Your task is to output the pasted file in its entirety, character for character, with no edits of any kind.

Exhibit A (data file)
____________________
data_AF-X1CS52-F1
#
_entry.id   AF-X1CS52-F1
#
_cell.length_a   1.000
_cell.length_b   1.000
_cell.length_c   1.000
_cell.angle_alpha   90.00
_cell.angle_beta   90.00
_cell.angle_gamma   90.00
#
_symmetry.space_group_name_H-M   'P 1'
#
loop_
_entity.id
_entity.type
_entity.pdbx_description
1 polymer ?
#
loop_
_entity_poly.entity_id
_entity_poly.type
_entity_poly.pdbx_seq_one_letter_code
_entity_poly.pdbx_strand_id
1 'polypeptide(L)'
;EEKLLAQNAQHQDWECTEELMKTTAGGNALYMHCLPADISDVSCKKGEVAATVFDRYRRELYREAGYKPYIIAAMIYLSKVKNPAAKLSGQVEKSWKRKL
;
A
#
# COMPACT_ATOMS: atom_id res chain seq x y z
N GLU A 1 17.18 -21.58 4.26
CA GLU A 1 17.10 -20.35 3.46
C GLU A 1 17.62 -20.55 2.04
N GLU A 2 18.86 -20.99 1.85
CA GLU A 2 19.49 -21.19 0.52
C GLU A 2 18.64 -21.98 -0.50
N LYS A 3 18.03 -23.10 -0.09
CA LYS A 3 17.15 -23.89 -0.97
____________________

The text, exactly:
data_AF-X1CS52-F1
#
_entry.id   AF-X1CS52-F1
#
_cell.length_a   1.000
_cell.length_b   1.000
_cell.length_c   1.000
_cell.angle_alpha   90.00
_cell.angle_beta   90.00
_cell.angle_gamma   90.00
#
_symmetry.space_group_name_H-M   'P 1'
#
loop_
_entity.id
_entity.type
_entity.pdbx_description
1 polymer ?
#
loop_
_entity_poly.entity_id
_entity_poly.type
_entity_poly.pdbx_seq_one_letter_code
_entity_poly.pdbx_strand_id
1 'polypeptide(L)'
;EEKLLAQNAQHQDWECTEELMKTTAGGNALYMHCLPADISDVSCKKGEVAATVFDRYRRELYREAGYKPYIIAAMIYLSKVKNPAAKLSGQVEKSWKRKL
;
A
#
# COMPACT_ATOMS: atom_id res chain seq x y z
N GLU A 1 17.18 -21.58 4.26
CA GLU A 1 17.10 -20.35 3.46
C GLU A 1 17.62 -20.55 2.04
N GLU A 2 18.86 -20.99 1.85
CA GLU A 2 19.49 -21.19 0.52
C GLU A 2 18.64 -21.98 -0.50
N LYS A 3 18.03 -23.10 -0.09
CA LYS A 3 17.15 -23.89 -0.97